We were headed to El Nido the next day, so on our third day in Puerto Princesa, we wanted to keep a day for some unstructured goofing and exploring. I had duly called up the Firefly Watching booking office, and booked ourselves a tour at 8 PM later in the day. We decided to do it ourselves, rather than book a tour, as a DIY tour was much cheaper.
After a leisurely breakfast of chocolate rice (my friend tells me it’s called Champarado), steamed taro and coffee, we decided to walk to the airport, where many motorbike rental shops were to be found.
After bargaining for a suitable bike for the two of us, and taking a test ride, we explored the small town that was Puerto Princesa.
We decided to head to the Bay view first. It was a deserted affair, which meant the Scientist could gleefully click away.
We noticed the many Churches and Cathedrals abounding the area, the children in their classes in the Elementary School/College, the various shops selling clothes, beachware (beachwear, footwear, glares, hats and other knick knacks), and decided there was far more activity during the daytime than during evenings, when everything starts to shut down by 8 PM.
The sun was relentlessly shining down, and I didn’t want the Scientist to fall ill, so we quietly made back to our homestay and stayed put until 3 PM. That was when we decided to go over to Bakers’ Hill, on our way to the Firefly Watching site at Iwahig River.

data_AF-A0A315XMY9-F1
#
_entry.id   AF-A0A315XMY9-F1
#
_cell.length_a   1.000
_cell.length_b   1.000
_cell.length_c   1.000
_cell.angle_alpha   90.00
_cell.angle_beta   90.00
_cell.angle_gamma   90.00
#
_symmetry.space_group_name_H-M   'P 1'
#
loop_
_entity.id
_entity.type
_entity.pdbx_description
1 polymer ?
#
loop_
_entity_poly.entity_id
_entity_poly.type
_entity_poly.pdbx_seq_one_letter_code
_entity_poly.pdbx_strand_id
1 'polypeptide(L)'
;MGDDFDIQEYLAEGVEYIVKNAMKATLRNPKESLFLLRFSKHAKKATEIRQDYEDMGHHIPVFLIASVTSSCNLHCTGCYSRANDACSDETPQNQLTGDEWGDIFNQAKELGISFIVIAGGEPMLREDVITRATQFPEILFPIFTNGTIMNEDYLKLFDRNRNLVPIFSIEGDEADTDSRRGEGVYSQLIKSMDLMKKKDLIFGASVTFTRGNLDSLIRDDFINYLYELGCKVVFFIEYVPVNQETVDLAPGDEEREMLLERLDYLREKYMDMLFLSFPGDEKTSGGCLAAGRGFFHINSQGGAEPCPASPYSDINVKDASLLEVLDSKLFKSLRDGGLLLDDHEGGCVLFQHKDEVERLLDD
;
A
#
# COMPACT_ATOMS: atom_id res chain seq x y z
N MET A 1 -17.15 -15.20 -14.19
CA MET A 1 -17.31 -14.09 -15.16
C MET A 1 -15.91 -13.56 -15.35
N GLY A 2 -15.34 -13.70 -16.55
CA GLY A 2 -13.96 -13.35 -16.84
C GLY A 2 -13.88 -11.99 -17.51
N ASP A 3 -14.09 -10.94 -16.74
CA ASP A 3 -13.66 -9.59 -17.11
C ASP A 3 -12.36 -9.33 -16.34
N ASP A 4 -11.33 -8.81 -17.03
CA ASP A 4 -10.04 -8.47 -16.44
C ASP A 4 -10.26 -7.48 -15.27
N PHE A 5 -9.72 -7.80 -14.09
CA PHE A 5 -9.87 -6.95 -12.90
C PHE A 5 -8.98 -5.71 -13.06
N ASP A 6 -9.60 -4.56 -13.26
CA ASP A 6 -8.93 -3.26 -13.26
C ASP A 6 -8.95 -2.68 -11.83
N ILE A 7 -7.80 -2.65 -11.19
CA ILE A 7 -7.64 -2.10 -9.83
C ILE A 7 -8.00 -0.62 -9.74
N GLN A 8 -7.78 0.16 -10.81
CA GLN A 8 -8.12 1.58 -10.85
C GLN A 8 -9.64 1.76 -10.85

Bakers Hill is a restaurant/store/park with peacocks, and made out to be an attraction, which it isn’t. Of course that didn’t stop us from wolfing down some pizza, and strolling the grounds, doing some juvenile posing, before we decided we had enough, and headed to Iwahig.
The bike ride to Iwahig was the second highlight of the day, after the actual Firefly Watching. It had been a longish while the Scientist and I had ridden together, and ride was just perfect. The road was good (some parts), the day starting to become cooler, forests on either side, and far less traffic as we left city lights behind and ventured into an almost jungle like area. Needless to say, we arrive much ahead of time, to find the place deserted. The lone keeper informed us that the place re-opens at 7 PM, and switched on the TV and fan at the waiting area, and went back to take his stand. I, of course, proceeded to finish my novel (a Perry Mason affair) before the light of the day and the battery of my phone went out. The Scientist decided to take a nap. After a while, we changed the TV channel, and proceeded to do Indian voice-overs for the Filipino advertisements (shampoo, health drinks and the like), as a way to pass our time. As dusk fell, mosquitoes started to make their presence felt (we were assured they don’t cause malaria, and Scientist explained that it was because of absence of certain protein markers in Filipino and Taiwanese blood. Indian blood, was of course, different). So the only way to keep them out, was to start strolling. We went to deserted bridge on the Iwahig. The place was surreal. The quietly flowing river, the mangroves, the cool evening breeze and the sunset seemed to transport you to another time..a time where everything stood still, and we the calm we were seeking on a much needed vacation finally descended on us.